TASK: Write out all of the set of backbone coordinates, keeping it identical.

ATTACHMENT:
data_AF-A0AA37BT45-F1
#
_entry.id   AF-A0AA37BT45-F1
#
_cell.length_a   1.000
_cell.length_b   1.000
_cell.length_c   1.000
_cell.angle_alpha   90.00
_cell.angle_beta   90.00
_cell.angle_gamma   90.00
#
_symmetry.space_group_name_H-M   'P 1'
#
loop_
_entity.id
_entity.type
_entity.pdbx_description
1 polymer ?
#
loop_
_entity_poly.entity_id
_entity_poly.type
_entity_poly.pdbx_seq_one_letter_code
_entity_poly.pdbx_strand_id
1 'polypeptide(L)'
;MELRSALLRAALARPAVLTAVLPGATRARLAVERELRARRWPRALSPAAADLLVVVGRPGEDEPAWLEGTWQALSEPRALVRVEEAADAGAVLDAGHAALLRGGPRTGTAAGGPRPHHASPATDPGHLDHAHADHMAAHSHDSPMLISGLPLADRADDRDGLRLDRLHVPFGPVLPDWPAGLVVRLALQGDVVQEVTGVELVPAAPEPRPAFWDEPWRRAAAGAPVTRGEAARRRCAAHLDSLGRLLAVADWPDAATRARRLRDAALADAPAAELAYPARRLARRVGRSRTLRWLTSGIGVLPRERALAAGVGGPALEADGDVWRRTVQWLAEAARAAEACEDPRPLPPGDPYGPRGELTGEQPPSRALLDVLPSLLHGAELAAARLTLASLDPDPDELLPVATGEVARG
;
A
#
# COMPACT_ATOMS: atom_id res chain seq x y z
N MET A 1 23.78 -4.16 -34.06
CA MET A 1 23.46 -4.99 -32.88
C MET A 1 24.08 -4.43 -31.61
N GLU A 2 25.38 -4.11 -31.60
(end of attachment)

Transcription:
data_AF-A0AA37BT45-F1
#
_entry.id   AF-A0AA37BT45-F1
#
_cell.length_a   1.000
_cell.length_b   1.000
_cell.length_c   1.000
_cell.angle_alpha   90.00
_cell.angle_beta   90.00
_cell.angle_gamma   90.00
#
_symmetry.space_group_name_H-M   'P 1'
#
loop_
_entity.id
_entity.type
_entity.pdbx_description
1 polymer ?
#
loop_
_entity_poly.entity_id
_entity_poly.type
_entity_poly.pdbx_seq_one_letter_code
_entity_poly.pdbx_strand_id
1 'polypeptide(L)'
;MELRSALLRAALARPAVLTAVLPGATRARLAVERELRARRWPRALSPAAADLLVVVGRPGEDEPAWLEGTWQALSEPRALVRVEEAADAGAVLDAGHAALLRGGPRTGTAAGGPRPHHASPATDPGHLDHAHADHMAAHSHDSPMLISGLPLADRADDRDGLRLDRLHVPFGPVLPDWPAGLVVRLALQGDVVQEVTGVELVPAAPEPRPAFWDEPWRRAAAGAPVTRGEAARRRCAAHLDSLGRLLAVADWPDAATRARRLRDAALADAPAAELAYPARRLARRVGRSRTLRWLTSGIGVLPRERALAAGVGGPALEADGDVWRRTVQWLAEAARAAEACEDPRPLPPGDPYGPRGELTGEQPPSRALLDVLPSLLHGAELAAARLTLASLDPDPDELLPVATGEVARG
;
A
#
# COMPACT_ATOMS: atom_id res chain seq x y z
N MET A 1 23.78 -4.16 -34.06
CA MET A 1 23.46 -4.99 -32.88
C MET A 1 24.08 -4.43 -31.61
N GLU A 2 25.38 -4.11 -31.60